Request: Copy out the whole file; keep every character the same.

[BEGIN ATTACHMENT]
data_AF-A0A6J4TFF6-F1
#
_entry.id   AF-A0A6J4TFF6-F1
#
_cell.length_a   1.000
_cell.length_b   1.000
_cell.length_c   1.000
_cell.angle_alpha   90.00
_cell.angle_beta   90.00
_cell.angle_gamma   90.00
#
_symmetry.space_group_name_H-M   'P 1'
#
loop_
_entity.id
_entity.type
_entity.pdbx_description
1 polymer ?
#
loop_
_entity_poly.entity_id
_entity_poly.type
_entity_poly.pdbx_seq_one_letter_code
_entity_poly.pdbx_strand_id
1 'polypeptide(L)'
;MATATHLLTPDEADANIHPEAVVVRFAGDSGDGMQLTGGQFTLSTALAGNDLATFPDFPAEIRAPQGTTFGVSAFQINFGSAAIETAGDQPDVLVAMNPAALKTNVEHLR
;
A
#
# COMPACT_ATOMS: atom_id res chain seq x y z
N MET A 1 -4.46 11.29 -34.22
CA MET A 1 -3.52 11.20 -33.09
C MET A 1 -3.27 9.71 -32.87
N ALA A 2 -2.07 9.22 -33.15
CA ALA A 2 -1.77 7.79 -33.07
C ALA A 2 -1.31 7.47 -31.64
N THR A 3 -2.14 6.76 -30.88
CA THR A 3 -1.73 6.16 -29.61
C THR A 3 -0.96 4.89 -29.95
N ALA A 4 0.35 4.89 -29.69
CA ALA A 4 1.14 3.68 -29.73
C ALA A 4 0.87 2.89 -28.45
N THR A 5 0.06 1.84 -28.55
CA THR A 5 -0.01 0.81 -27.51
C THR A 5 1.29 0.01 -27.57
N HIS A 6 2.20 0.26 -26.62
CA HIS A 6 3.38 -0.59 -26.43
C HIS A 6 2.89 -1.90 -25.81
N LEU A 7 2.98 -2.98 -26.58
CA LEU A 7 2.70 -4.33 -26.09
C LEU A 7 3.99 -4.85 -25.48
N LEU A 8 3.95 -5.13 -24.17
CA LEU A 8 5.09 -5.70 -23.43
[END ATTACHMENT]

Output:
data_AF-A0A6J4TFF6-F1
#
_entry.id   AF-A0A6J4TFF6-F1
#
_cell.length_a   1.000
_cell.length_b   1.000
_cell.length_c   1.000
_cell.angle_alpha   90.00
_cell.angle_beta   90.00
_cell.angle_gamma   90.00
#
_symmetry.space_group_name_H-M   'P 1'
#
loop_
_entity.id
_entity.type
_entity.pdbx_description
1 polymer ?
#
loop_
_entity_poly.entity_id
_entity_poly.type
_entity_poly.pdbx_seq_one_letter_code
_entity_poly.pdbx_strand_id
1 'polypeptide(L)'
;MATATHLLTPDEADANIHPEAVVVRFAGDSGDGMQLTGGQFTLSTALAGNDLATFPDFPAEIRAPQGTTFGVSAFQINFGSAAIETAGDQPDVLVAMNPAALKTNVEHLR
;
A
#
# COMPACT_ATOMS: atom_id res chain seq x y z
N MET A 1 -4.46 11.29 -34.22
CA MET A 1 -3.52 11.20 -33.09
C MET A 1 -3.27 9.71 -32.87
N ALA A 2 -2.07 9.22 -33.15
CA ALA A 2 -1.77 7.79 -33.07
C ALA A 2 -1.31 7.47 -31.64
N THR A 3 -2.14 6.76 -30.88
CA THR A 3 -1.73 6.16 -29.61
C THR A 3 -0.96 4.89 -29.95
N ALA A 4 0.35 4.89 -29.69
CA ALA A 4 1.14 3.68 -29.73
C ALA A 4 0.87 2.89 -28.45
N THR A 5 0.06 1.84 -28.55
CA THR A 5 -0.01 0.81 -27.51
C THR A 5 1.29 0.01 -27.57
N HIS A 6 2.20 0.26 -26.62
CA HIS A 6 3.38 -0.59 -26.43
C HIS A 6 2.89 -1.90 -25.81
N LEU A 7 2.98 -2.98 -26.58
CA LEU A 7 2.70 -4.33 -26.09
C LEU A 7 3.99 -4.85 -25.48
N LEU A 8 3.95 -5.13 -24.17
CA LEU A 8 5.09 -5.70 -23.43